The Black natural hair community has amassed a level of power that is being used to directly impact current issues in the Black community. We’ve had a number of victories and I get the feeling that we’re only getting started.
Black naturals (and yes, I say “Black” naturals because those of you who remember Sarah will know that the term “natural” doesn’t always mean “Black”) have played key roles in everything from:
- Drafting the legislation that authorizes natural hair care licenses;
- Creating positive spaces for Black women to support & uplift each other;
- Getting schools in multiple states (like Oklahoma and Ohio to name a few) to stop discriminating against Black girls for wearing their hair in Black girl hairstyles;
- Forcing the military to revise its racist anti-Black hair policies;
- Prompting a massive reduction in sales of perms and relaxers; and
- Harnessing the collective socio-political power of the Black natural hair community through campaigns like Naturals4Change.
These are just a few of the key and significant ways that Black naturals are using our collective power to shift the conversation on issues that impact the broader Black community.
But where do we go from here?
As Black naturals, we’ve chosen to embrace how our Black hair & skin look, feel and grow. This is despite the fact that we live in a society where the economic and governing systems are still based on Blackness being the bottom rung of society.
There’s a power that comes when oppressed people band together and refuse to believe the lies that support their oppression.
Regardless of why you went natural (could’ve had a back to Africa moment or just a bad perm…whatevs), it’s important to know that going through the process of learning to love Black hair can be a truly liberating and (more importantly) empowering time.
How we use that power is up to us.
This past week I was honored to participate in a panel discussion called Afros & Activism, moderated by Natasha Gaspard, the gorgeous & brilliant brains behind ManeMovesTv & founder of the Naturals4Change campaign. Naturals4Change is an “organization comprised of members of the Natural Hair Community advocating for social justice issues.”
When asked why she started the campaign, Gaspard stated:
After feeling the disappointment of the decision to not indict Darren Wilson in the shooting death of Mike Brown, the non-indictment of Officer Pantaleo in the death of Eric Garner and the many blatant killings of Black men and women at the hands of the police happening across the country, I posted a question on Instagram asking the natural hair community a simple question: “What can WE do?” I asked them what are we going to do to ensure our freedom for this and the next generation. I asked for real solutions that can affect REAL change. I received a ton of responses with all kinds of ideas to that simple question. It was as if people were waiting for this discussion to happen within the community. I know the natural hair community has the capacity to make a real impact because we already have. Look at what the natural hair community has accomplished online already. We’re changing the conversation around Black beauty, wellness and lifestyle! I wanted to know how we can harness that power into changing the very system that continues to marginalize Black people.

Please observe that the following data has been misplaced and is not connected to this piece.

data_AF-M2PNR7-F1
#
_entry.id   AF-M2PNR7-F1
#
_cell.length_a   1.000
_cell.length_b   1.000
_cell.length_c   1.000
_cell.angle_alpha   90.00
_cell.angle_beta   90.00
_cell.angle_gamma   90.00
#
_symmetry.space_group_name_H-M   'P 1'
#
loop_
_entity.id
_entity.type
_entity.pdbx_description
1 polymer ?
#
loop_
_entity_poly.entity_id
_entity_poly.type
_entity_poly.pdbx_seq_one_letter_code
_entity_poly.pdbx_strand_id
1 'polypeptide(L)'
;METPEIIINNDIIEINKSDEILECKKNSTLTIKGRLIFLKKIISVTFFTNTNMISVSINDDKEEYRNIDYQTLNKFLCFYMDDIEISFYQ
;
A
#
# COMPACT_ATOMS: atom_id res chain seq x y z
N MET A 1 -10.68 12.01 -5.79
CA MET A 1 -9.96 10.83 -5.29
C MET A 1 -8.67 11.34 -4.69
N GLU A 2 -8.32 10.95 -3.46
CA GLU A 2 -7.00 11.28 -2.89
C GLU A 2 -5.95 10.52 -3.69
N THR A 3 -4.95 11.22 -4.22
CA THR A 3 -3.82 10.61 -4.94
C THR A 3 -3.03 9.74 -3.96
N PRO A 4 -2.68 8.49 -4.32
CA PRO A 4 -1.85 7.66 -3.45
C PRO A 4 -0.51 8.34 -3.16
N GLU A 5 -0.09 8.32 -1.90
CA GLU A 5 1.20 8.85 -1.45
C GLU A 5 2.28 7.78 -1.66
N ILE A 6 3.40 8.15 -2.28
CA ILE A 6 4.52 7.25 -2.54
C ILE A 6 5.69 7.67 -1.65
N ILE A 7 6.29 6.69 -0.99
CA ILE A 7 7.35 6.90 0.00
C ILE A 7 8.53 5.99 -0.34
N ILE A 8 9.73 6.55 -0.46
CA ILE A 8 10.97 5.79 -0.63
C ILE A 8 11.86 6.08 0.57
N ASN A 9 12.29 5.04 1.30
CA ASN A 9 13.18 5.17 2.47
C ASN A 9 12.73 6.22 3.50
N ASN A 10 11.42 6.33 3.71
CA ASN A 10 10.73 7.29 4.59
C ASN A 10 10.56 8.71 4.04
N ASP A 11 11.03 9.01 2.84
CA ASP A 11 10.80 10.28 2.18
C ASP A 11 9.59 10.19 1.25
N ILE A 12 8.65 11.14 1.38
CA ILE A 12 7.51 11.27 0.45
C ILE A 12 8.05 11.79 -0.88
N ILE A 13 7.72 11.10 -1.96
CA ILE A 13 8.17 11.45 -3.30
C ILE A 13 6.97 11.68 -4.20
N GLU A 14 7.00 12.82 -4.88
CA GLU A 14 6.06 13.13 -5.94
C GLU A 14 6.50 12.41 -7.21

The Afros & Activism panel focused on a few key areas for Black naturals:
1. An exploration of the similarities & difference in the natural hair movement of the 60’s & 70’s & today;
2. The Afro as a symbol of Black Pride & resistance;
3. The politics of natural hair; and
4. Activism: The natural hair movement as a platform for activism.
Panelists included: Imani Dawson founder of Tribe Called Curl, Arielle Newton founder of Black Millennials; Tahj Sutton, founder of LocLoveLivesHere and Phyllis Bynum, former educator and decades long member of the Black natural hair community. These were dynamic women and I encourage you to visit their social media pages and get connected.
The video for the panel is included below and I’d love to hear your thoughts. How can Black naturals use our collective power? What role should we play in the current issues plaguing the broader Black community? What goals should we be working towards collectively?
Looking for more thoughts from an Afro State of Mind? Check out my book Afro State of Mind: Memories of a Nappy Headed Black Girl now available on Amazon.com in paper back or available here for e-book download! And if you want to stay connected follow me on Twitter, or Instagram “like” Afro State of Mind on Facebook or catch up on my latest Youtube videos!